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‘I didn’t even know I was going to come back with a record,’ singer-songwriter Royal Wood said about his trip to Ireland.

Kevin Van Paassen/The Globe and Mail

'I just knew I had to get away and be quiet again. And when you do that, it's amazing what comes to you."

What came to Royal Wood was peace of mind and The Burning Bright, an impressive and expressive folk-pop album with his band that documents a marital breakup and a career contemplation. The balladeer lays some of it out on the song It's Only Love, beginning with a rhyming couplet: "Got my ticket, scribbled note, seated on this plane / Fist on dollars, wine in throat, nothing feels the same."

Wood was jetting to Ireland for a cottage that had no phone, television or Internet. His marriage to fellow Canadian singer Sarah Slean was done. His career was by no means in tatters, but the pressure to make music with an audience in mind (rather than music for the sake of music) was weighing him down. He had no real plan for the trip. "I didn't even know I was going to come back with a record," he says, sipping something warm at a coffee shop in Toronto's Liberty Village neighbourhood, where he lives. "I needed to be alone, and I needed things to settle."

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It all sounds like a movie really – probably starring Hugh Grant, but let's cast Edward Burns instead, given the look of the man. Well-bred, magazine-level good looks, Burns and Wood, with strong jaw lines, beard stubble and short hair. Dressed in a grey sweater and scarf, Wood looks like a gentleman farmer (which he sort of is, actually, but we'll get to that later). "It really was very storybook," says the photogenic native of Peterborough, Ont., describing the rolling fields, stone fences and ruined castles on the Irish countryside, near the town of Slane. Wood spent his days in isolation, sometimes going for walks or runs, or, if it rained, settling down with a book. Filling out the picture was a fireplace, a guitar and a piano.

In 2006, the singer-songwriter Hawksley Workman released the pastoral album Treeful of Starling. I spoke with Workman back then, about devolution as a reaction to life's velocity. "We seem to only trumpet the virtues of progress, and that progress is the only way to mark the quality of our own existence," Workman explained at the time. "It just seems to me that life moves too fast to even live it any more. That things are just too tense to even exist – to even breathe a full breath."

Treeful of Starling came about after Workman took off alone for Joshua Tree, Calif., a remote spot. Wood and Workman know each other well, and when I bring up the idea of retreating, isolating and turning back clocks, Wood shakes his head in agreement. "My own trip was very much all of that," he says. "I needed to find that current again, where art flows through you again. So, it was as an artist that I needed to do it, not just because of my relationship."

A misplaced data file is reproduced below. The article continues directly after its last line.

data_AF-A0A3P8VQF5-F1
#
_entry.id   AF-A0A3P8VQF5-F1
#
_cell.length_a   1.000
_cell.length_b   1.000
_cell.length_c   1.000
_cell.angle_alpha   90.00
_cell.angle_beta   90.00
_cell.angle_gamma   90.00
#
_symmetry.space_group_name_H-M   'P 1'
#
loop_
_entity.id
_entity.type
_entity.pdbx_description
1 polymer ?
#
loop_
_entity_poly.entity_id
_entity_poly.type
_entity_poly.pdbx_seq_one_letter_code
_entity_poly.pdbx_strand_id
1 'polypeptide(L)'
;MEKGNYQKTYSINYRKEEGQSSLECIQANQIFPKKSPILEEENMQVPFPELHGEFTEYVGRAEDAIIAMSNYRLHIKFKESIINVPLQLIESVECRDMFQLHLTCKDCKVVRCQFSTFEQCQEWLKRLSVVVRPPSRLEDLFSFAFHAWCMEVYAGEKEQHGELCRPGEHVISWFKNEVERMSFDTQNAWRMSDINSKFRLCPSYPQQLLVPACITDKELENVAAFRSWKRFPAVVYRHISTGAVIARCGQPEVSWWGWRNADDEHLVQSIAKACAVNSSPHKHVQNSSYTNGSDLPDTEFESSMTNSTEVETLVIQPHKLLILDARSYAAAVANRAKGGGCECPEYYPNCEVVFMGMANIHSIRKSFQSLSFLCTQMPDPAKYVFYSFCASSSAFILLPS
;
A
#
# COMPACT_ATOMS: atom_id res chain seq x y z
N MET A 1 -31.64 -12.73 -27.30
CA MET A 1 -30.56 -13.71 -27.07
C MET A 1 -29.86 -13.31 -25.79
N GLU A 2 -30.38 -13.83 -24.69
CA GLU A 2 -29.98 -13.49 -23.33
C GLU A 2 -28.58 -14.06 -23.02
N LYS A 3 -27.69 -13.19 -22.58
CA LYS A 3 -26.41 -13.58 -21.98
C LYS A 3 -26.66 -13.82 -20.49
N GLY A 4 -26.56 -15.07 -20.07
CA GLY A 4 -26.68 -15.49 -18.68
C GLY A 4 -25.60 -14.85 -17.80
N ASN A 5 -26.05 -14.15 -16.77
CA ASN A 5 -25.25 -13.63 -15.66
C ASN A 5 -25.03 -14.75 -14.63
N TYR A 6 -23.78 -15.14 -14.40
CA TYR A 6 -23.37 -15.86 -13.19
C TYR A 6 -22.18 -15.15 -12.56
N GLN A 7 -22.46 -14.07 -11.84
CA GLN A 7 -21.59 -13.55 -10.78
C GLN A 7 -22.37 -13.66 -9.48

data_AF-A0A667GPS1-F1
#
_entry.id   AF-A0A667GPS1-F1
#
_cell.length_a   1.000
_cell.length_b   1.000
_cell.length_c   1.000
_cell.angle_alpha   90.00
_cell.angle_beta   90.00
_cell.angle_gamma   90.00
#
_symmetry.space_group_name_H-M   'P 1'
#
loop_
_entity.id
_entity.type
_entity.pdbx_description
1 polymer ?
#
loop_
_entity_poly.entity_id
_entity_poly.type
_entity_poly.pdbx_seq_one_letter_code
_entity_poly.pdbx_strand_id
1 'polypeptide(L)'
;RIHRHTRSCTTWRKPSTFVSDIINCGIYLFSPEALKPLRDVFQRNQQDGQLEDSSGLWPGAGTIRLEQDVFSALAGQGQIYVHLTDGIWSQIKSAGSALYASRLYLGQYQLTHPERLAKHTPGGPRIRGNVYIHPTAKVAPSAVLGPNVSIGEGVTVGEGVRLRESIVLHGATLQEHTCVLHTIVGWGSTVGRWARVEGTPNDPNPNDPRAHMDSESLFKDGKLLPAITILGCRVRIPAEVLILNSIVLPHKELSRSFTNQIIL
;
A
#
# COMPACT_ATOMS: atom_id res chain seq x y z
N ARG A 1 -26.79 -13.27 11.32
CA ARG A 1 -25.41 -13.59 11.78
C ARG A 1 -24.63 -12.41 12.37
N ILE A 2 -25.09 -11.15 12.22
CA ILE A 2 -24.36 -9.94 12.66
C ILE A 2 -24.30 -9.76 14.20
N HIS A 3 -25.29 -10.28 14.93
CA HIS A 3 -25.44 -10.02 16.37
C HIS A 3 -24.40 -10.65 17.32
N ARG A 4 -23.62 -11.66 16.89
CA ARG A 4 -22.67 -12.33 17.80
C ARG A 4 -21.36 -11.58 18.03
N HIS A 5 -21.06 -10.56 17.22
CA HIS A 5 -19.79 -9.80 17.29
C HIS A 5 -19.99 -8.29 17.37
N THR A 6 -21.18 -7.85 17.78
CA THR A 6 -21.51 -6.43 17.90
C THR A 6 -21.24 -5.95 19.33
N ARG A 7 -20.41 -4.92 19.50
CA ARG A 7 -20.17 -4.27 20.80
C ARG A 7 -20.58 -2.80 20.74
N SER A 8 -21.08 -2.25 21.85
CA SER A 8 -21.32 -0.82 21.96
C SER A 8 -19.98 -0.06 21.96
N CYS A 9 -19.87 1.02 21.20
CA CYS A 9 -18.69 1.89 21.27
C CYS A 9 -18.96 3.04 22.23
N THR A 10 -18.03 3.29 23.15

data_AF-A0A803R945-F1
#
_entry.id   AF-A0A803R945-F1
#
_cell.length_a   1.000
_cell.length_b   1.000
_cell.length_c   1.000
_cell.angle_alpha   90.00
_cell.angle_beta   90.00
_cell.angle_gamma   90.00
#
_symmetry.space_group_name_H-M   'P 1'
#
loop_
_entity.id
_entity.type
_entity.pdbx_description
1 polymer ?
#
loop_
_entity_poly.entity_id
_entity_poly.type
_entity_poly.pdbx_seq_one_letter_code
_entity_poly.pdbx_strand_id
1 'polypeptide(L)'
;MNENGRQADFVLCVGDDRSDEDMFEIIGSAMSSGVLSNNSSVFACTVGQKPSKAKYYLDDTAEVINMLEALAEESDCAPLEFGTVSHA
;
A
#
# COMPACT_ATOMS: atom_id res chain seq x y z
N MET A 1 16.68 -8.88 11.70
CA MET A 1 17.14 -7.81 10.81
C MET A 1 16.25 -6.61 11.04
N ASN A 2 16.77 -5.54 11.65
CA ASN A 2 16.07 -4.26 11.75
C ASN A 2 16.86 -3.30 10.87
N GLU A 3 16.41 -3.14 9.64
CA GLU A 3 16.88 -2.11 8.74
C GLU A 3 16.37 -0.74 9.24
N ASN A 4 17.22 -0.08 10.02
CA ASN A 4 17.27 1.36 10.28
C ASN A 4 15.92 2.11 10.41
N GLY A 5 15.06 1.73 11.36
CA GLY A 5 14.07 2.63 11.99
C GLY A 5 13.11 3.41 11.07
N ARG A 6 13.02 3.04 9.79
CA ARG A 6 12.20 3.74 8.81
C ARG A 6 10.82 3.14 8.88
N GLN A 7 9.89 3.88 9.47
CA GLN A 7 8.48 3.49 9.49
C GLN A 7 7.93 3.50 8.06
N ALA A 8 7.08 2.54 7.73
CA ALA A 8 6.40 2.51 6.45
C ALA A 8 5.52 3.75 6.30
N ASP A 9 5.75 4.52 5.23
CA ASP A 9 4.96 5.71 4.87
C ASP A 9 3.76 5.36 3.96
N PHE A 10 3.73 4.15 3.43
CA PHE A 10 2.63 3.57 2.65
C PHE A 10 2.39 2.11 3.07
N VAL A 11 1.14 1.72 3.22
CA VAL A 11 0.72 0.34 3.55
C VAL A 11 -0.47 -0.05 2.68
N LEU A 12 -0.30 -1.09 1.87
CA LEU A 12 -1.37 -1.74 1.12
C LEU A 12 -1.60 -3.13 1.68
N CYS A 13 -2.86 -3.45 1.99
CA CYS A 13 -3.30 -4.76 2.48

The relationship was a public one. I had met Wood and Slean just once, on a Juno red carpet. Wood blames much of the breakdown of their four-year marriage on their careers as working musicians. "Relationships have never been easy for me. You try to make time, but you're always on the road."

The lyrics to The Burning Bright, his fifth album, are autobiographical and not light. "The telling of a chronicle, a wounded heart with a poison pill," Wood croons on the album opener I Always Will. Bitter lines elsewhere about broken promises include "That's an easy sell, you sugar coat it well, an angel is a demon if she stands around in hell" and "You fill the books upon your shelf, with endless words and reasons why, the love between us was a lie."

I ask Wood about that line – love being a lie – in particular. "What do I say to that?" he replies, leaning back in his chair and stroking his stubble. I turn over a fresh page in my reporter's notebook, with the hope that he wasn't being rhetorical. "Let's just say there are varying degrees of what love is, and what you do with it," he says, rather diplomatically. "Listen, I love many people dearly. It doesn't mean we're supposed to spend our life together."

Fair enough.

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Moving on, I ask Wood about the trip to Ireland and how he knew that after six weeks it was time to come home. It turns out the locals in Slane gradually took him in. Every Wednesday night, Wood made it to the pub to participate in what the called "the round," which involved older musicians playing traditionals and original numbers casually, with the sessions lasting well into the night. Wood joined in, on banjo and guitar. It was the type of rustic roots music he had grown up on, and it informed the stylistic direction of The Burning Bright. "It's a return to the way I used to make music," he explains. I didn't think about who was going to hear it."

Once back from Ireland, another project demanded his attention. He had purchased the family farm in Peterborough from his parents, and it was a year long-process to find a group of organic farmers to work the land. He plans on building a studio there, and eventually hopes to move the farm off the grid.

"Things have fallen in place again," says Wood, back in motion. He's gigging currently, and pops down to Los Angeles every now again for writing sessions. But his place is quieter. "It was a long time coming," he says. "But where I am now, it feels like it's where I'm supposed to be."

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